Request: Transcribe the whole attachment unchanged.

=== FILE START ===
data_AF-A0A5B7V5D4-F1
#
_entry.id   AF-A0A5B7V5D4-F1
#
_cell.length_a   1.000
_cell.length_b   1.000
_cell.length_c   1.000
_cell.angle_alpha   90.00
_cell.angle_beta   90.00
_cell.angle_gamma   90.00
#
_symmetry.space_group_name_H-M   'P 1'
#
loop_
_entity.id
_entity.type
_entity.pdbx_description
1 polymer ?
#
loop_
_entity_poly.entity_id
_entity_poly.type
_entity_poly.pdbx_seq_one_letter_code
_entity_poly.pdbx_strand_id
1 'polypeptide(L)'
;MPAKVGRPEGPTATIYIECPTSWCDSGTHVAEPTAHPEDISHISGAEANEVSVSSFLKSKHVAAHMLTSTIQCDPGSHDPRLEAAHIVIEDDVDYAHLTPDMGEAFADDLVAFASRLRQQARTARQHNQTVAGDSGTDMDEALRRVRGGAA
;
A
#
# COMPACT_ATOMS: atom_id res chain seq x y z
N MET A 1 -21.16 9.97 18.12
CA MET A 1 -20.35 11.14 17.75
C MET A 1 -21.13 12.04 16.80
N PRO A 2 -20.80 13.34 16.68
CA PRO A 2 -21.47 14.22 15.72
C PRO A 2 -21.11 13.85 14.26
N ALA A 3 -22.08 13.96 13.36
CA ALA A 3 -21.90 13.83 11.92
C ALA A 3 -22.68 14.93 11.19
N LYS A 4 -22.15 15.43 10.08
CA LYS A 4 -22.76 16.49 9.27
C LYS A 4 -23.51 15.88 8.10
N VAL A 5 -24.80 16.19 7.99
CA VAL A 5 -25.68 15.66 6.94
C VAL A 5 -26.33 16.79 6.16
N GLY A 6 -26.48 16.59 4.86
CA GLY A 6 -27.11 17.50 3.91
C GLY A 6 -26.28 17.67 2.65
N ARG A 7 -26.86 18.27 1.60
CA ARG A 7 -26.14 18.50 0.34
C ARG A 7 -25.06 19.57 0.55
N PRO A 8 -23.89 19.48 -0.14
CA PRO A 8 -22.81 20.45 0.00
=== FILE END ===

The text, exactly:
data_AF-A0A5B7V5D4-F1
#
_entry.id   AF-A0A5B7V5D4-F1
#
_cell.length_a   1.000
_cell.length_b   1.000
_cell.length_c   1.000
_cell.angle_alpha   90.00
_cell.angle_beta   90.00
_cell.angle_gamma   90.00
#
_symmetry.space_group_name_H-M   'P 1'
#
loop_
_entity.id
_entity.type
_entity.pdbx_description
1 polymer ?
#
loop_
_entity_poly.entity_id
_entity_poly.type
_entity_poly.pdbx_seq_one_letter_code
_entity_poly.pdbx_strand_id
1 'polypeptide(L)'
;MPAKVGRPEGPTATIYIECPTSWCDSGTHVAEPTAHPEDISHISGAEANEVSVSSFLKSKHVAAHMLTSTIQCDPGSHDPRLEAAHIVIEDDVDYAHLTPDMGEAFADDLVAFASRLRQQARTARQHNQTVAGDSGTDMDEALRRVRGGAA
;
A
#
# COMPACT_ATOMS: atom_id res chain seq x y z
N MET A 1 -21.16 9.97 18.12
CA MET A 1 -20.35 11.14 17.75
C MET A 1 -21.13 12.04 16.80
N PRO A 2 -20.80 13.34 16.68
CA PRO A 2 -21.47 14.22 15.72
C PRO A 2 -21.11 13.85 14.26
N ALA A 3 -22.08 13.96 13.36
CA ALA A 3 -21.90 13.83 11.92
C ALA A 3 -22.68 14.93 11.19
N LYS A 4 -22.15 15.43 10.08
CA LYS A 4 -22.76 16.49 9.27
C LYS A 4 -23.51 15.88 8.10
N VAL A 5 -24.80 16.19 7.99
CA VAL A 5 -25.68 15.66 6.94
C VAL A 5 -26.33 16.79 6.16
N GLY A 6 -26.48 16.59 4.86
CA GLY A 6 -27.11 17.50 3.91
C GLY A 6 -26.28 17.67 2.65
N ARG A 7 -26.86 18.27 1.60
CA ARG A 7 -26.14 18.50 0.34
C ARG A 7 -25.06 19.57 0.55
N PRO A 8 -23.89 19.48 -0.14
CA PRO A 8 -22.81 20.45 0.00